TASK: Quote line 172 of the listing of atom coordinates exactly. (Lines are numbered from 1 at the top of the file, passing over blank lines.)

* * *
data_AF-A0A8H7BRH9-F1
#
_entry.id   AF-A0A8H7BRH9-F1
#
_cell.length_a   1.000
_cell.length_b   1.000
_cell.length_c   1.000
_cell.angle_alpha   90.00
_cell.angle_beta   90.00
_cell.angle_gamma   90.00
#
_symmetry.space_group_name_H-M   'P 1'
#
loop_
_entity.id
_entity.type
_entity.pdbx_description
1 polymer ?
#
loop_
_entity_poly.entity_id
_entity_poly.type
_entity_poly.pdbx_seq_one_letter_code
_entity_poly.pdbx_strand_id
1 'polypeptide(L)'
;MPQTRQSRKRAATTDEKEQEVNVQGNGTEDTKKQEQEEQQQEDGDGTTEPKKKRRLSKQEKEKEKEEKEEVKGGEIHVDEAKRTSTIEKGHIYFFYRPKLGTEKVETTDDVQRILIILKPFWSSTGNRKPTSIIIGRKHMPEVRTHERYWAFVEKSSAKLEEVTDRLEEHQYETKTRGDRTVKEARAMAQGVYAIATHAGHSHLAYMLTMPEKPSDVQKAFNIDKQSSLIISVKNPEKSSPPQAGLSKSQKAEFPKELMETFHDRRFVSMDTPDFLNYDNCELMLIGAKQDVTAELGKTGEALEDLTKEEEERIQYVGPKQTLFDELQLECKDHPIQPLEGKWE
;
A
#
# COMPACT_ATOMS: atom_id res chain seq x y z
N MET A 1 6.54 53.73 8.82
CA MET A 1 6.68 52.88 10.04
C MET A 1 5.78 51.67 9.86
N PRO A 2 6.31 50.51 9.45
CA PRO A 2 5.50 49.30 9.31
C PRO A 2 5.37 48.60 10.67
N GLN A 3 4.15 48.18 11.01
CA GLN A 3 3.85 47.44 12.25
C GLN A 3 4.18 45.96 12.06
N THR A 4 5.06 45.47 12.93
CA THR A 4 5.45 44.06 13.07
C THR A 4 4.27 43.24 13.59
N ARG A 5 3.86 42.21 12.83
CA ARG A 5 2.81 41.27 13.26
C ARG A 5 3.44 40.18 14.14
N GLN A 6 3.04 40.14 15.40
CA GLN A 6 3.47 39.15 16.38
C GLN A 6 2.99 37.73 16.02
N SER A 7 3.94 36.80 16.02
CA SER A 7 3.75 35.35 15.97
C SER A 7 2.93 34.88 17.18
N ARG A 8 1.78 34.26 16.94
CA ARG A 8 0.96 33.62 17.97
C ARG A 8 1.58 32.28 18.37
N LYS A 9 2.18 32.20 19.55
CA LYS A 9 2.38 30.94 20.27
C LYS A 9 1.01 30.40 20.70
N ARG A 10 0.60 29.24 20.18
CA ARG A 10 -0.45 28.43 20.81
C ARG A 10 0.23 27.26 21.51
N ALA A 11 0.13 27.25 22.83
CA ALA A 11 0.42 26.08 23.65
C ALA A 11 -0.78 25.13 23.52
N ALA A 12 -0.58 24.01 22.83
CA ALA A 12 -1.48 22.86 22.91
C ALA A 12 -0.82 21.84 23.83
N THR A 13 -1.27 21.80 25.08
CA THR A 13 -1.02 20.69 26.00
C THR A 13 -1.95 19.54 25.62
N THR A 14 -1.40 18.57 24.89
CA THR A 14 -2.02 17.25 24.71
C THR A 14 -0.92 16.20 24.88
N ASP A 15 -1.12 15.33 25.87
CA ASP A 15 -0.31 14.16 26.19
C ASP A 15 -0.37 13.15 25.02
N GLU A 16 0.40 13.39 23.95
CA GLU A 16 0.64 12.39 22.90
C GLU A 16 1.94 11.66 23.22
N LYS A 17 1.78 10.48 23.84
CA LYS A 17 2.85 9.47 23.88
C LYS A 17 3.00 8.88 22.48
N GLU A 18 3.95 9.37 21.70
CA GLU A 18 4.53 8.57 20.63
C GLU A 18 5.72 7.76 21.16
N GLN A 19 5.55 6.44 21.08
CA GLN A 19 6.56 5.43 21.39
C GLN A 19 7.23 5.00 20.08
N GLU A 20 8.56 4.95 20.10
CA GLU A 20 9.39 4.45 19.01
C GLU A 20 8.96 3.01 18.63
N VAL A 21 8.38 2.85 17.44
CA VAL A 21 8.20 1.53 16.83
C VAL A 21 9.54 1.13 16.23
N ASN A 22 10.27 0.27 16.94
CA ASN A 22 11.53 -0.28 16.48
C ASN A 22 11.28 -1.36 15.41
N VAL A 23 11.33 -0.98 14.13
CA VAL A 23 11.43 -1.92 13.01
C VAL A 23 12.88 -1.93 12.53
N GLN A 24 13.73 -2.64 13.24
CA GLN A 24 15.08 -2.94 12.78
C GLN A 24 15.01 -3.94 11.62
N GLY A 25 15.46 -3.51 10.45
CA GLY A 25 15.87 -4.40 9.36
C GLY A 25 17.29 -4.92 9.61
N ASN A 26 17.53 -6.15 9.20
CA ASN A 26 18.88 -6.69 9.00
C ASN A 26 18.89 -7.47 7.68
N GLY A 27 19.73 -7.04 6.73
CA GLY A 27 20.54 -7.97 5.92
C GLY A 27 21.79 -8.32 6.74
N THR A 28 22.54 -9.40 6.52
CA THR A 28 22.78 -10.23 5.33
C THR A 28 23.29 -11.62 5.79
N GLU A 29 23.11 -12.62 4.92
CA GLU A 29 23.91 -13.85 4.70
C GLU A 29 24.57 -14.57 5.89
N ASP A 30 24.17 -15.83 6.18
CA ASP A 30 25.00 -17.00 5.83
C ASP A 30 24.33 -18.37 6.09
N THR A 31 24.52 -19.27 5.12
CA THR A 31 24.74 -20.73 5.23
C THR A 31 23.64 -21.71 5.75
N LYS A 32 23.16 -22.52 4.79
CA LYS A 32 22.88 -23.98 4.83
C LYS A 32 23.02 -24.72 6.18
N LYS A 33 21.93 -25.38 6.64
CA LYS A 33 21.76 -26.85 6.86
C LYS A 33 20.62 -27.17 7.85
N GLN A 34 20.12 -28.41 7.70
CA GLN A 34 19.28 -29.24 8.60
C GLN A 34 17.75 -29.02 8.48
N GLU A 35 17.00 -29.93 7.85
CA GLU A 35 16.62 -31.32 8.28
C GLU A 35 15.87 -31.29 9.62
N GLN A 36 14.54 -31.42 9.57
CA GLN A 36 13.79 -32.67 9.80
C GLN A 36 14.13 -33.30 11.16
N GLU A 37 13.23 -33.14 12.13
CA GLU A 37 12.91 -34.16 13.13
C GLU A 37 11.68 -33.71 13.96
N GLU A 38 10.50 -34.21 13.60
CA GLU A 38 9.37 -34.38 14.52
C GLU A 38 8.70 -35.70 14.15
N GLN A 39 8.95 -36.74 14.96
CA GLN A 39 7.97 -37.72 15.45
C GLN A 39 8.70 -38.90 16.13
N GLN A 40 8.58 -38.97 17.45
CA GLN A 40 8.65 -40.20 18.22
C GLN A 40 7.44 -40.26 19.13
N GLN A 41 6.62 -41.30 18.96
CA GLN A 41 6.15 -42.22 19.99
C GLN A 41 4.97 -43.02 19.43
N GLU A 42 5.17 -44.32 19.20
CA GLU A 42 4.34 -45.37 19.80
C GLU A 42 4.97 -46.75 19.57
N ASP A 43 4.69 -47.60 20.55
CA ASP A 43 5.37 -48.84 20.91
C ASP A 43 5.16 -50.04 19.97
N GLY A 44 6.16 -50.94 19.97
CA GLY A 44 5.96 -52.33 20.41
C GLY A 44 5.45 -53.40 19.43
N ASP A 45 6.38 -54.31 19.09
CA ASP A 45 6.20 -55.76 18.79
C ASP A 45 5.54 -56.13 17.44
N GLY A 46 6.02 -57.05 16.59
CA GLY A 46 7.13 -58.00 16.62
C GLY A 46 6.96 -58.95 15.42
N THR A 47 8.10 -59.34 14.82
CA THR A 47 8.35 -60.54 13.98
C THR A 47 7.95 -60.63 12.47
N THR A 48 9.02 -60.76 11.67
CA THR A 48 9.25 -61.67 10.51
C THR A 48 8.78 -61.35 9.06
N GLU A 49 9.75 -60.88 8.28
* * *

N THR A 48 9.02 -60.76 11.67